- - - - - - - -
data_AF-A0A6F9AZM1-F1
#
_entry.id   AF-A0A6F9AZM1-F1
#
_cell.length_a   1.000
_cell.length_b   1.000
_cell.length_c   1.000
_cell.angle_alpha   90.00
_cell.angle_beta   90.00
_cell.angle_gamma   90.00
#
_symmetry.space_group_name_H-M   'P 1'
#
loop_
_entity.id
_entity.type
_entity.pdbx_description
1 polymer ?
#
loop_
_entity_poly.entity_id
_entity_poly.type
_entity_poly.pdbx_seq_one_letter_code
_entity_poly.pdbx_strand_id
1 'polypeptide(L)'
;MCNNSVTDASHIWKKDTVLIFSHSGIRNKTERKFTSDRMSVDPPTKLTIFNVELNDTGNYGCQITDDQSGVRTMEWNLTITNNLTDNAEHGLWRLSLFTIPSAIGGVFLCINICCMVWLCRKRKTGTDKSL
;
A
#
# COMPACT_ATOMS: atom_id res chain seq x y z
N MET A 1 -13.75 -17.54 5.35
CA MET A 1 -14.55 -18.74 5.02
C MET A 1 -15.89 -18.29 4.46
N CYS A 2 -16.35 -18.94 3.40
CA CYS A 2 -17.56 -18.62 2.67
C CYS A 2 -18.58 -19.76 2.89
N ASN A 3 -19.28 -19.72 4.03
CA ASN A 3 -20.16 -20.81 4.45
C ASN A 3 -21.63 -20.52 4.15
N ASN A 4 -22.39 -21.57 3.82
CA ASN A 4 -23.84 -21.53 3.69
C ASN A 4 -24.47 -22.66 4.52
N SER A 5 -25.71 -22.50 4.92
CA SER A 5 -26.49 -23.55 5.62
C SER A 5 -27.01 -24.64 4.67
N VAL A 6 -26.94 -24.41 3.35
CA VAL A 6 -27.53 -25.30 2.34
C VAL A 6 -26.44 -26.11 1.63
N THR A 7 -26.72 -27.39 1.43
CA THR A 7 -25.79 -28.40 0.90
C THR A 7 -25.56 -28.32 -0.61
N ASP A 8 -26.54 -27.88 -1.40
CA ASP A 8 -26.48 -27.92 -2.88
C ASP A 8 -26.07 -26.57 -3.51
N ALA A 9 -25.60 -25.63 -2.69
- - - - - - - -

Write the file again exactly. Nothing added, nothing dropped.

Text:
data_AF-A0A6F9AZM1-F1
#
_entry.id   AF-A0A6F9AZM1-F1
#
_cell.length_a   1.000
_cell.length_b   1.000
_cell.length_c   1.000
_cell.angle_alpha   90.00
_cell.angle_beta   90.00
_cell.angle_gamma   90.00
#
_symmetry.space_group_name_H-M   'P 1'
#
loop_
_entity.id
_entity.type
_entity.pdbx_description
1 polymer ?
#
loop_
_entity_poly.entity_id
_entity_poly.type
_entity_poly.pdbx_seq_one_letter_code
_entity_poly.pdbx_strand_id
1 'polypeptide(L)'
;MCNNSVTDASHIWKKDTVLIFSHSGIRNKTERKFTSDRMSVDPPTKLTIFNVELNDTGNYGCQITDDQSGVRTMEWNLTITNNLTDNAEHGLWRLSLFTIPSAIGGVFLCINICCMVWLCRKRKTGTDKSL
;
A
#
# COMPACT_ATOMS: atom_id res chain seq x y z
N MET A 1 -13.75 -17.54 5.35
CA MET A 1 -14.55 -18.74 5.02
C MET A 1 -15.89 -18.29 4.46
N CYS A 2 -16.35 -18.94 3.40
CA CYS A 2 -17.56 -18.62 2.67
C CYS A 2 -18.58 -19.76 2.89
N ASN A 3 -19.28 -19.72 4.03
CA ASN A 3 -20.16 -20.81 4.45
C ASN A 3 -21.63 -20.52 4.15
N ASN A 4 -22.39 -21.57 3.82
CA ASN A 4 -23.84 -21.53 3.69
C ASN A 4 -24.47 -22.66 4.52
N SER A 5 -25.71 -22.50 4.92
CA SER A 5 -26.49 -23.55 5.62
C SER A 5 -27.01 -24.64 4.67
N VAL A 6 -26.94 -24.41 3.35
CA VAL A 6 -27.53 -25.30 2.34
C VAL A 6 -26.44 -26.11 1.63
N THR A 7 -26.72 -27.39 1.43
CA THR A 7 -25.79 -28.40 0.90
C THR A 7 -25.56 -28.32 -0.61
N ASP A 8 -26.54 -27.88 -1.40
CA ASP A 8 -26.48 -27.92 -2.88
C ASP A 8 -26.07 -26.57 -3.51
N ALA A 9 -25.60 -25.63 -2.69